CAN PAINTERS HAVE a social practice? Even when they get into the weeds of formalism? The Los Angeles–based artist Laura Owens makes a convincing argument that both answers are yes—but it’s complicated.
For Owens’s big, blooming survey at the Whitney Museum, curator Scott Rothkopf went all-out to support her desire to have images communicate with each other, with works by fellow artists, and with the building’s architecture; a custom configuration of the fifth floor includes temporary galleries proportioned to re-create previous installations.
The largest works, from the last few years, are dazzling. Super-smart, clean and bright, and a little chilly, they bounce viewers around like a trampoline, drawing you in close, pushing you away, and encouraging you to see connections among recurring motifs and self-quotations. Often, they sport layered, fragmented grids, the heavier—in paint application and color—generally on top. The weightiest strokes of all, great galumphing Ab-Ex-style swooshes of thickly applied paint, are (in two ways, both good) like frosting on the cake; most swooshes are further emphasized with sharply illusionistic painted shadows, some eyeballed, others created digitally, as is much of Owens’s imagery. Acrylic, oil, and vinyl paint as well as charcoal and solvent transfers come into play, along with fabric, yarn, vinyl stickers, and wood. Spontaneity is calculated with care; rather than working in the moment, Owens relies on preliminary sketches and tests (and assistants).
In a quintet of cherry-red paintings from 2012, riven by various fractured grids and furious blue, black, and green scrawls, the materials include resin and pumice. Little brown clumps are scattered like astral dust across surfaces composed in part of screenprinted classified ads lifted from a ’60s underground Berkeley newspaper. Although not identified as such, these five paintings—untitled, like all of Owens’s works—are from an exhibition called “Pavement Karaoke.” In the original hanging, at Sadie Coles HQ, in London, the show’s title could be read across the full group’s seven canvases, even though parts of letters fell between the cracks. With the suite now split up by sales, the encrypted message is further obscured. We are invited to wonder, without prejudice: is there any there there?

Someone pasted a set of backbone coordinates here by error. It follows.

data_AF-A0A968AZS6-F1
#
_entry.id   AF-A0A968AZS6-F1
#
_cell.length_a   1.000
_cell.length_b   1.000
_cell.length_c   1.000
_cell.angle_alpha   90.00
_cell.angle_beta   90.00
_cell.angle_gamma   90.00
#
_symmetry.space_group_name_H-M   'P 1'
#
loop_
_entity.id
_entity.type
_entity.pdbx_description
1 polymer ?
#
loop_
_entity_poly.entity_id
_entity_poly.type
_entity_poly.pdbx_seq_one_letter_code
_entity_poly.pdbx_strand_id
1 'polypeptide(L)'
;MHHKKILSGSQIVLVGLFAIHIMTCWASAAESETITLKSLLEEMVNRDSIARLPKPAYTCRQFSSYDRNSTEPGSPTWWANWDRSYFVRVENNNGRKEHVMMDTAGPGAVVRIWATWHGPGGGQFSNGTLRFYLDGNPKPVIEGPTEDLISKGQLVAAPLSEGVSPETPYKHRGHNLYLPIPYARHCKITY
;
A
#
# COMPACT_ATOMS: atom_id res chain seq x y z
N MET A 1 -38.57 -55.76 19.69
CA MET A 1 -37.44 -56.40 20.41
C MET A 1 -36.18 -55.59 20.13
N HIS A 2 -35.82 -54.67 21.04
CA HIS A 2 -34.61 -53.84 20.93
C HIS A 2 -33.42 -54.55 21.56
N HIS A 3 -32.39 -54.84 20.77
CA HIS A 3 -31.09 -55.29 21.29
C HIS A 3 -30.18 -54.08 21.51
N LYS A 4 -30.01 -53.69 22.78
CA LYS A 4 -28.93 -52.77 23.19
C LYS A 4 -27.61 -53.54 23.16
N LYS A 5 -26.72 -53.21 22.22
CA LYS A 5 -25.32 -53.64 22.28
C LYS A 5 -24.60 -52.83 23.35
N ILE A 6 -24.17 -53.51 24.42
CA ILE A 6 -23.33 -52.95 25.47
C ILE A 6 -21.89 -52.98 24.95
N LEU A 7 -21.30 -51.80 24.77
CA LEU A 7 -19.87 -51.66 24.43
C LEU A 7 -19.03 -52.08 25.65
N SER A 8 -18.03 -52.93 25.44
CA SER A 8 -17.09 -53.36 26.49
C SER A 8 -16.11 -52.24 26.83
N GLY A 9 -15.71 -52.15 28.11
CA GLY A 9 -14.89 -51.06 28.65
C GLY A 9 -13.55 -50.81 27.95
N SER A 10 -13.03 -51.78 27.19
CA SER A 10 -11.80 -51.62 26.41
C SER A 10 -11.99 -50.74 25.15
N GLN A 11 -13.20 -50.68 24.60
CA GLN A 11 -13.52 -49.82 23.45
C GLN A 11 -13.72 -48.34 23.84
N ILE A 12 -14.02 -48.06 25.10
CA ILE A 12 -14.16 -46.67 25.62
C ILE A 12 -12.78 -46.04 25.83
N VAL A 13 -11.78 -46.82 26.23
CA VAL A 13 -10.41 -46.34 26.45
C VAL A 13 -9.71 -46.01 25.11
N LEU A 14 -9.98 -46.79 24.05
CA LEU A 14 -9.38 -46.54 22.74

ASKED RECENTLY to comment on Helen Frankenthaler, Owens hailed the “almost infinite” background space that the Color Field painter created.1 Owens does the same. There’s a lot in front of her work’s surfaces, and even more behind them, but the picture plane, storied locus of high-Modernist abstraction, tends to disappear. Sometimes, the effect is expressed as a joke. One crisply executed 2014 canvas is intruded upon, at the bottom, by a skanky little gray mouse, peering into a deep black mouse hole.
If Jonathan Lasker’s graphic grids-plus-sculptural-squiggles seem one point of reference for Owens, Roy Lichtenstein’s freestanding brushstrokes are another. Abstract Expressionism first met Pop in the person of Jasper Johns, whose alphabets surely lurk behind Owens’s letter-based paintings of 2012. (Hung high in a narrow, unlit corridor, these thirty-three small square canvases are first visible over the back wall of the gallery in which the “Pavement Karaoke” paintings are installed.) Pop notes are also clear in a recent painting flaunting valentine-red hearts, and in two others featuring a children’s book character whose pipe-shaped schnoz sends forth a fountain of lemonade. A much-reproduced painting acquired by the Whitney from its 2014 Biennial features a Hallmark-card-like cartoon of a little boy accompanied by a dog, and by the hand-lettered bit of advice when you come to the end of your rope, make a knot, and hang on. Tough love, and Owens means it. If her paintings are sometimes sweet, they are never ingratiating—but neither are they as cynical as, say, Richard Prince’s (to cite another artist who favors cartoons). The surface of this painting is a nested series of highly illusionistic crevasses and canyons, including one that splits the boy’s wide grin even further. The trellis fragments scattered across the canvas, though, are made of wood. Extending past the painting’s side on the left, they draw our attention to the fact that the turquoise ground stops short of the canvas’s edges and has a shadow to suggest it’s a painting upon a painting—except at the upper right, where it gives itself away with a slightly ragged, painterly edge.